IRS Issues ARPA COBRA Subsidy Q&As
Senior Compliance Attorney
On May 18, 2021, the Internal Revenue Service (IRS) issued IRS Notice 2021-31 providing additional guidance on COBRA subsidies included in the American Rescue Plan Act (ARPA) signed into law in March 2021.
The ARPA provides 100% COBRA/state continuation subsidies for “Assistance Eligible Individuals” (AEIs) who are qualified beneficiaries with respect to a COBRA coverage period of April 1, 2021 and September 30, 2021 and are eligible for COBRA due to an involuntary termination of employment or a reduction in hours. Subsidies are not available if the AEI is eligible for coverage under any other group health plan or Medicare. Subsidies are refundable as a tax credit against Medicare payroll taxes. Below is a summary of the clarifications provided in this guidance.
- Individuals can become an AEI more than once.
- Example: If an employee loses coverage and is an AEI with their own employers plan and subsequently enrolls in a spouse’s plan, they would lose the subsidy. However, if the spouse is then involuntarily terminated or has a reduction in hours the former employee could again become assistance eligible under the spouse’s plan.
- Employers should note the following for documentation purposes:
- Employers may, but are not required to, seek a self-certification or attestation that an individual is eligible for the premium assistance due to a reduction in hours or involuntary termination. Employers who claim the credit must have a self-certification, attestation or some other documentation to substantiate the COBRA subsidy eligibility in their records;
- Employers may also require self-certification or attestation regarding other group health plan coverage or Medicare eligibility.
- Potential AEIs only include individuals that are qualified beneficiaries under federal law. This includes the employee and the employee’s spouse and dependent children. It would NOT include domestic partners or any other qualified individual under state law.
- If retroactive COBRA coverage is elected under the Emergency Relief rules (extended election time periods) the fact that an individual owes COBRA premium payments for retroactive COBRA does not make them ineligible to receive the COBRA subsidy. However, they may lose the COBRA coverage for those months that they do not pay the required COBRA premium.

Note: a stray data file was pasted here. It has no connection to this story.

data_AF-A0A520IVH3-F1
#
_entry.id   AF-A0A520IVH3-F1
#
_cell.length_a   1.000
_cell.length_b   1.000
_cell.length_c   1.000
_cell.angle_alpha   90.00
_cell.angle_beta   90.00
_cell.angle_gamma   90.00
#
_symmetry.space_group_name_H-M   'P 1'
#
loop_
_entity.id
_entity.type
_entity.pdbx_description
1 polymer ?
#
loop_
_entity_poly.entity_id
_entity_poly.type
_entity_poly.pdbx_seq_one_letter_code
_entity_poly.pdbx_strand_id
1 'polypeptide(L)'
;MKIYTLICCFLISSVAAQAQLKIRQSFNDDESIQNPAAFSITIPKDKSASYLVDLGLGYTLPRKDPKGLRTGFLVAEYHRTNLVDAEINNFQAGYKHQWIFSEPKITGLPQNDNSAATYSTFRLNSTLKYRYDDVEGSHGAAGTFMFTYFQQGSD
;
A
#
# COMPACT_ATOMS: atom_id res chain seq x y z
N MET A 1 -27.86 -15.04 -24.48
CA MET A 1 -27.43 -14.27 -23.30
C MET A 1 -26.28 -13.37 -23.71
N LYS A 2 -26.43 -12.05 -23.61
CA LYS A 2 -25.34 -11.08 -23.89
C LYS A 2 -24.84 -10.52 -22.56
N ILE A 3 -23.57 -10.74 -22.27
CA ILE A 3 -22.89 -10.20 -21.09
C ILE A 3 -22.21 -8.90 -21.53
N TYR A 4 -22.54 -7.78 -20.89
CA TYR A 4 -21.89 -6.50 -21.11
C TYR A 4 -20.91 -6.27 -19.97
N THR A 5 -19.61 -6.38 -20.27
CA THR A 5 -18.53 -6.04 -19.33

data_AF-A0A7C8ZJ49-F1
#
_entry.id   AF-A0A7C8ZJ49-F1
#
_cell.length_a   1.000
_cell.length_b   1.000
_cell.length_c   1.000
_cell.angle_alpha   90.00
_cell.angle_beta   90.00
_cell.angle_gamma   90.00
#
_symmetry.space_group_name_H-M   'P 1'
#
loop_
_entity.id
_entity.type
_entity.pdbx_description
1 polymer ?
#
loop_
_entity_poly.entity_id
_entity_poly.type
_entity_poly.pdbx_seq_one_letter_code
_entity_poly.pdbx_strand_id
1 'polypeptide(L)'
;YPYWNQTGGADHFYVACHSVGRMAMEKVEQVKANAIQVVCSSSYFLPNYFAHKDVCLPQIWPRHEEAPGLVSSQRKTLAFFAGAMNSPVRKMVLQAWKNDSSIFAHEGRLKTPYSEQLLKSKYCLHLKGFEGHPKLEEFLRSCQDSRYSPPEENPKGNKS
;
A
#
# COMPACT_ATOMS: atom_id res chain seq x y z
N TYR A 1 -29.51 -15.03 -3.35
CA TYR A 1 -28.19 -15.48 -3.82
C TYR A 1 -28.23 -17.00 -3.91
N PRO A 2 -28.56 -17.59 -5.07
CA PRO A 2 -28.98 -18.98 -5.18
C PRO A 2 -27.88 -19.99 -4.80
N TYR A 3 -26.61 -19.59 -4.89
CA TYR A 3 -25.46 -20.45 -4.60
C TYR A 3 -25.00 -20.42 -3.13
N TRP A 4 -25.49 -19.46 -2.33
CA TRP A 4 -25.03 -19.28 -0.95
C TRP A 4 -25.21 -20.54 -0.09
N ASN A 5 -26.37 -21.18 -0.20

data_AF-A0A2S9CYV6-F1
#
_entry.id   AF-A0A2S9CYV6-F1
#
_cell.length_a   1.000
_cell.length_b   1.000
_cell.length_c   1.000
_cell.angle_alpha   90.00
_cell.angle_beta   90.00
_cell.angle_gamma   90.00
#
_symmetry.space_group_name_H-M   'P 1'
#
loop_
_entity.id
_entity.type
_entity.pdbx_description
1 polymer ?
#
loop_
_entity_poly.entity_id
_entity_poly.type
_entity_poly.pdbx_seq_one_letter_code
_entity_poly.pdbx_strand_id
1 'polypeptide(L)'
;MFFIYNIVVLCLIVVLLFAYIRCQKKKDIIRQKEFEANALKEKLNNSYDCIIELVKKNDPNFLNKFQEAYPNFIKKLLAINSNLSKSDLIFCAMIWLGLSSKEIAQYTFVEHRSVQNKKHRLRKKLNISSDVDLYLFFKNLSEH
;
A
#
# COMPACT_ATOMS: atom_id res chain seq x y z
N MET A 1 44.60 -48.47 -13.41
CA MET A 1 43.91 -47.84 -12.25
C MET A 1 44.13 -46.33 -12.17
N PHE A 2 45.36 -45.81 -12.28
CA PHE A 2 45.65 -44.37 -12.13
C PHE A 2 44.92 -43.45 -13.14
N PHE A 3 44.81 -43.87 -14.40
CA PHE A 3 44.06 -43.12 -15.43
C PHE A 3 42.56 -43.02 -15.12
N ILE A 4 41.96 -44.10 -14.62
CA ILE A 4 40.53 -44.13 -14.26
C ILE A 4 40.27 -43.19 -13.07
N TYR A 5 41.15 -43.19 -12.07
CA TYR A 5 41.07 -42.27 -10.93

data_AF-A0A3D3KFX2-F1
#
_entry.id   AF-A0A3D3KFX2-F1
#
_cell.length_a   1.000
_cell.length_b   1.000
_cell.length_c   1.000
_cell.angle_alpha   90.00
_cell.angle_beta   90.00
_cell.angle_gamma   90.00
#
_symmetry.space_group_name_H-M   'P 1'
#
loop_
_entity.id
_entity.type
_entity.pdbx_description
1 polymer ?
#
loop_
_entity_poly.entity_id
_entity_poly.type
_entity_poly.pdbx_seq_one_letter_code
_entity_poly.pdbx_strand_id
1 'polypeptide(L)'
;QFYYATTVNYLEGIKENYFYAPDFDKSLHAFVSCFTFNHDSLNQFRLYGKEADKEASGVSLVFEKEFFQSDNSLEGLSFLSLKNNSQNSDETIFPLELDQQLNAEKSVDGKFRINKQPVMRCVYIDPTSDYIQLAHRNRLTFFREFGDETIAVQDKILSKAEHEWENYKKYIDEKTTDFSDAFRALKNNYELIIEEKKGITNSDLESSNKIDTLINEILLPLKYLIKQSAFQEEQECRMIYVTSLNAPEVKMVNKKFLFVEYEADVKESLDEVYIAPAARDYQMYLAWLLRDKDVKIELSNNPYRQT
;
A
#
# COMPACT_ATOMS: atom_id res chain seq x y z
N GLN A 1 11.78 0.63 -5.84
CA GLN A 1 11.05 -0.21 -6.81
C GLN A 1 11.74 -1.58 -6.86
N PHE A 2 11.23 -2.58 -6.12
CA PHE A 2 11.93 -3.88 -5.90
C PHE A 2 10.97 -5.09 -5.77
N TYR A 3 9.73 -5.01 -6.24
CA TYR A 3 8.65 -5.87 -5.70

- Extended election periods under Emergency Relief are only applicable to Federal COBRA (not state continuation).
- Individuals with COBRA qualifying events pre-April 1, 2021 may elect COBRA retroactively to original qualifying event, retroactively to April 1, 2021 or prospectively.
- COBRA continuation coverage automatically continues and the payment for the first period of coverage after September 30, 2021 will be timely if paid according to the terms of the plan or coverage, subject to the applicable COBRA continuation coverage requirements taking into account the Emergency Relief deadline extensions.
AEIs Whom Are “Eligible for Other Coverage”
- Potential AEIs that were eligible for other group health plan coverage before April 1, 2021 but on and after April 1, 2021 were not permitted to enroll in the other coverage are eligible for the COBRA subsidy. The subsidies are available until the AEI is actually able to enroll in other coverage.
- Potential AEIs that are still able to enroll in other coverage due to the Emergency Relief extending special enrollment deadlines would NOT be eligible for the COBRA subsidies.
- Example: An individual’s employment was involuntarily terminated and as a result the individual lost health coverage on October 1, 2020. The individual received a COBRA notice on October 1, 2020. The individual qualified for a special enrollment period for loss of coverage under the group health plan of the spouse’s employer. Under the Emergency Relief Notices, the individual remains eligible to elect COBRA continuation coverage or enroll in the spouse’s plan. Additionally, on November 1, 2020, the individual was eligible to enroll in the spouse’s plan under that plan’s annual open enrollment period. The open enrollment period for the spouse’s plan ended December 1, 2020. However, the individual remains eligible to enroll in coverage under the spouse’s plan under the loss of coverage special enrollment period due to the Emergency Relief Notices. Under these facts, the individual is considered eligible for coverage under the plan of the spouse’s employer due to the special enrollment period for loss of coverage as extended by the Emergency Relief Notices. Therefore, while the individual could elect COBRA continuation coverage from the former employer’s plan, the individual may not receive COBRA premium assistance as an Assistance Eligible Individual under the plan of the individual’s former employer.